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bosh-777 created the topic: Questions
An increase in Density Altitude what effect does it have on the Vtoss
- a higher TAS but lower IAS
- a higher TAS but same IAS
- the same TAS but lower IAS
- the same TAS but the same IAS
- higher TAS and higher IAS
Vtoss is a fixed IAS which is simply a function of the power-off stalling speed in the take-off configuration. So once it is published it doesn't change, it remains the same regardless of the ambient density. An increase in density altitude means that the ambient air is less dense - same effect as an increase in height. To get the same IAS in the less dense air, a higher TAS will be required.
First off, think about what Vtoss is: Take-off safety speed is an indicated airspeed that:
"shall be established for each flap setting for which take-off distance information is to be provided. The take-off safety speed shall be an airspeed not less than 1.2 Vs and at which adequate control is available in the event of a sudden and complete engine failure during the climb following take-off. [CAO 18.104.22.168.6.2]"
Next, consider what effect air density has on the relationship between indicated airspeed (IAS) and true airspeed (TAS). While flying at a constant IAS, your TAS will be higher if you are flying in a higher density altitude compared to your TAS when flying in a lower density altitude.
So, what effect will an increased density altitude have on your Vtoss? Well Vtoss is an indicated airspeed and is declared in the flight manual. When you reach this IAS however, your actual TAS will have increased if you increase the density altitude.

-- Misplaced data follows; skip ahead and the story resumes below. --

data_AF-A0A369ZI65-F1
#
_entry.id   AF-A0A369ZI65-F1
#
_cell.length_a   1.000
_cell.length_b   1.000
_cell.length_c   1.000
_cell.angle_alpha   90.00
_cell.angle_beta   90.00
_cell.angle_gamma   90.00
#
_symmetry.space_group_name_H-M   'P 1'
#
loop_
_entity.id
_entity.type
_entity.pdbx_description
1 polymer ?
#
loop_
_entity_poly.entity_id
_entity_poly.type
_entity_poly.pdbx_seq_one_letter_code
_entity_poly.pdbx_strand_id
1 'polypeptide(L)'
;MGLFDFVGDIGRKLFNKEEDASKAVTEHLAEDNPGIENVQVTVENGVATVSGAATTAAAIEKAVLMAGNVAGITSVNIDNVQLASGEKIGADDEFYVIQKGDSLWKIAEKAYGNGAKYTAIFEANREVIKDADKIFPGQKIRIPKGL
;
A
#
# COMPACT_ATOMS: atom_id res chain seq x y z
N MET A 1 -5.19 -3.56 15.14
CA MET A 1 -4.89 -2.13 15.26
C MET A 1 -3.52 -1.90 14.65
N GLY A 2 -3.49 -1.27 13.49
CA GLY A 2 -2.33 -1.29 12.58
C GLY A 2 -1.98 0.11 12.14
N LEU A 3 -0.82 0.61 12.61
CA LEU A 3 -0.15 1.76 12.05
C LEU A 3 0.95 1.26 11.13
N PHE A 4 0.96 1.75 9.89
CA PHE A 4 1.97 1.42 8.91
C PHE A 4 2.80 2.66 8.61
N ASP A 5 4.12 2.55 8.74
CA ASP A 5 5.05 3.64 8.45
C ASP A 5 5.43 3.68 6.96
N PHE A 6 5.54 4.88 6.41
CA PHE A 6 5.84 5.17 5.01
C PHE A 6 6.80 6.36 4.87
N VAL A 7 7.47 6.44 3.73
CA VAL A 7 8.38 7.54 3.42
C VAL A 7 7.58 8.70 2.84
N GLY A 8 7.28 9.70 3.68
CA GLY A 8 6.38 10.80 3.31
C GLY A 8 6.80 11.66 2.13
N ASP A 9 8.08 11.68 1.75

So, your second option is the answer: Higher TAS for the same IAS.
1. A Echo is loaded at Take Off so that the CoG is loaded on the forward limit of the permitted range.
If fuel is being burnt from the AUX tanks what effect will it have on the CoG?
- if fuel is being burnt from the AUX tanks then the CoG moves forwards because of where the AUX tanks are located. But i had a questions stating if it will move forward and remain in the envelop, or move forward and outside the envelop.
2. In flight which situation is most likely to exceed limit load factors?
- low IAS in severe Turbulence
- IAS above Vne in smooth air
- steep level turn at low IAS
- High IAS in severe turbulence
I went for IAS above Vne in smooth air as i though it is the worst case, anything exceeding this speed is bound for damage.
3. echo 2550KG total moment index 610, whats the minimum that bust be added
Answer to 1. above. The centre of gravity will move forward, but it will stay in the envelope because the forward limit also moves forward, and it moves forward faster than the centre of gravity does. Try it out on the envelope. Pick a point right on the forward limit and then subtract 200kg from the auxiliary tanks. See what happens.
High IAS above VNE will not impose high load factors i.e. 'g' loads. It will impose high shearing loads that may cause structural failure - especially of the tailplane or elevator. I would go for high IAS in severe turbulence. Updrafts in severe turbulence cause sudden large angle of attack increases which produce high load factors.
Answer for 3. above. You cannot use the flow chart to solve a forward limit problem when you are adding weight. Add 100kg to the rear and plot a new point. Join the two points and see where the line crosses the envelope. I reckon it's about 85kg.